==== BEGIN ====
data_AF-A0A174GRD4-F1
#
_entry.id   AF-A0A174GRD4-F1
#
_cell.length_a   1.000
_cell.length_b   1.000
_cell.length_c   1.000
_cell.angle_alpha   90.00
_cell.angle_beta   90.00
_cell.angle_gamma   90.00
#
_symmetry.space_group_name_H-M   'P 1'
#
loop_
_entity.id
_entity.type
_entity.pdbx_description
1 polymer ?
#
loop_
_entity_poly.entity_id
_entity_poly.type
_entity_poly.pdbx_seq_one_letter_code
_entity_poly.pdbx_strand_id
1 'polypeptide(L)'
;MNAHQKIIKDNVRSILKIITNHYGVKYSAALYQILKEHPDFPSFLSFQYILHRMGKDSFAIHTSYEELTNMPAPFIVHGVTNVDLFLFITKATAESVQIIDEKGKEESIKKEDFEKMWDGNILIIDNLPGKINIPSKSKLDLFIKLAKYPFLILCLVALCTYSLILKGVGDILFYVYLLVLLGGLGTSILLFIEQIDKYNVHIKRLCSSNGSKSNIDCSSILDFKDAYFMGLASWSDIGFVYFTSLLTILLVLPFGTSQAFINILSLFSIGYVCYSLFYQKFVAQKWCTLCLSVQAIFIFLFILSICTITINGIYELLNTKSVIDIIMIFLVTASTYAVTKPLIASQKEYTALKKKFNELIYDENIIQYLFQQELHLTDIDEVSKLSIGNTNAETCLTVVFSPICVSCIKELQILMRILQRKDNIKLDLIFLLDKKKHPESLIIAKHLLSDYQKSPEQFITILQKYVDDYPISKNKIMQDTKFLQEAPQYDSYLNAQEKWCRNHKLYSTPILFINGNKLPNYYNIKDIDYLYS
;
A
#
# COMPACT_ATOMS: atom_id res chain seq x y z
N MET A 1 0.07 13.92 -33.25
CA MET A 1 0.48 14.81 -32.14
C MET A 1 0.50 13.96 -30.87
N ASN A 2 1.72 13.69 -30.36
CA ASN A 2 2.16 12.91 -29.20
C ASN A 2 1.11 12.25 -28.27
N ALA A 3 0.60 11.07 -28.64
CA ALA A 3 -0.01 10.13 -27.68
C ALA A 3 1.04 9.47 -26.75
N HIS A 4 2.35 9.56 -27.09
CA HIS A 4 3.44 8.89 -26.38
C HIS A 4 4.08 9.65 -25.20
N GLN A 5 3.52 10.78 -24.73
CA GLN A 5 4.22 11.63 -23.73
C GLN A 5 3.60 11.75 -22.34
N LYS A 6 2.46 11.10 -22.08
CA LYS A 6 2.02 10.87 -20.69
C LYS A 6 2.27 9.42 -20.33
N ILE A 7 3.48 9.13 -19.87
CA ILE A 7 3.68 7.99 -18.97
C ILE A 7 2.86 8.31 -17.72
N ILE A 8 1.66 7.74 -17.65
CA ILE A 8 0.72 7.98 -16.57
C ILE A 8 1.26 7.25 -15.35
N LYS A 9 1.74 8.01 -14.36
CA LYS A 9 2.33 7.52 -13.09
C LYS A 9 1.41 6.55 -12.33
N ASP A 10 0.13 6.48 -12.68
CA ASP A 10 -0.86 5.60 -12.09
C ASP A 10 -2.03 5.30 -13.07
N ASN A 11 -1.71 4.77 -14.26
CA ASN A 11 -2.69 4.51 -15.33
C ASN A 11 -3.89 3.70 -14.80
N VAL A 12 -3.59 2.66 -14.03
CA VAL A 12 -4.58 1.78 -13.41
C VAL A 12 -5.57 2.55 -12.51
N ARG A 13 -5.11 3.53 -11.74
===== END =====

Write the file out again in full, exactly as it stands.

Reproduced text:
data_AF-A0A174GRD4-F1
#
_entry.id   AF-A0A174GRD4-F1
#
_cell.length_a   1.000
_cell.length_b   1.000
_cell.length_c   1.000
_cell.angle_alpha   90.00
_cell.angle_beta   90.00
_cell.angle_gamma   90.00
#
_symmetry.space_group_name_H-M   'P 1'
#
loop_
_entity.id
_entity.type
_entity.pdbx_description
1 polymer ?
#
loop_
_entity_poly.entity_id
_entity_poly.type
_entity_poly.pdbx_seq_one_letter_code
_entity_poly.pdbx_strand_id
1 'polypeptide(L)'
;MNAHQKIIKDNVRSILKIITNHYGVKYSAALYQILKEHPDFPSFLSFQYILHRMGKDSFAIHTSYEELTNMPAPFIVHGVTNVDLFLFITKATAESVQIIDEKGKEESIKKEDFEKMWDGNILIIDNLPGKINIPSKSKLDLFIKLAKYPFLILCLVALCTYSLILKGVGDILFYVYLLVLLGGLGTSILLFIEQIDKYNVHIKRLCSSNGSKSNIDCSSILDFKDAYFMGLASWSDIGFVYFTSLLTILLVLPFGTSQAFINILSLFSIGYVCYSLFYQKFVAQKWCTLCLSVQAIFIFLFILSICTITINGIYELLNTKSVIDIIMIFLVTASTYAVTKPLIASQKEYTALKKKFNELIYDENIIQYLFQQELHLTDIDEVSKLSIGNTNAETCLTVVFSPICVSCIKELQILMRILQRKDNIKLDLIFLLDKKKHPESLIIAKHLLSDYQKSPEQFITILQKYVDDYPISKNKIMQDTKFLQEAPQYDSYLNAQEKWCRNHKLYSTPILFINGNKLPNYYNIKDIDYLYS
;
A
#
# COMPACT_ATOMS: atom_id res chain seq x y z
N MET A 1 0.07 13.92 -33.25
CA MET A 1 0.48 14.81 -32.14
C MET A 1 0.50 13.96 -30.87
N ASN A 2 1.72 13.69 -30.36
CA ASN A 2 2.16 12.91 -29.20
C ASN A 2 1.11 12.25 -28.27
N ALA A 3 0.60 11.07 -28.64
CA ALA A 3 -0.01 10.13 -27.68
C ALA A 3 1.04 9.47 -26.75
N HIS A 4 2.35 9.56 -27.09
CA HIS A 4 3.44 8.89 -26.38
C HIS A 4 4.08 9.65 -25.20
N GLN A 5 3.52 10.78 -24.73
CA GLN A 5 4.22 11.63 -23.73
C GLN A 5 3.60 11.75 -22.34
N LYS A 6 2.46 11.10 -22.08
CA LYS A 6 2.02 10.87 -20.69
C LYS A 6 2.27 9.42 -20.33
N ILE A 7 3.48 9.13 -19.87
CA ILE A 7 3.68 7.99 -18.97
C ILE A 7 2.86 8.31 -17.72
N ILE A 8 1.66 7.74 -17.65
CA ILE A 8 0.72 7.98 -16.57
C ILE A 8 1.26 7.25 -15.35
N LYS A 9 1.74 8.01 -14.36
CA LYS A 9 2.33 7.52 -13.09
C LYS A 9 1.41 6.55 -12.33
N ASP A 10 0.13 6.48 -12.68
CA ASP A 10 -0.86 5.60 -12.09
C ASP A 10 -2.03 5.30 -13.07
N ASN A 11 -1.71 4.77 -14.26
CA ASN A 11 -2.69 4.51 -15.33
C ASN A 11 -3.89 3.70 -14.80
N VAL A 12 -3.59 2.66 -14.03
CA VAL A 12 -4.58 1.78 -13.41
C VAL A 12 -5.57 2.55 -12.51
N ARG A 13 -5.11 3.53 -11.74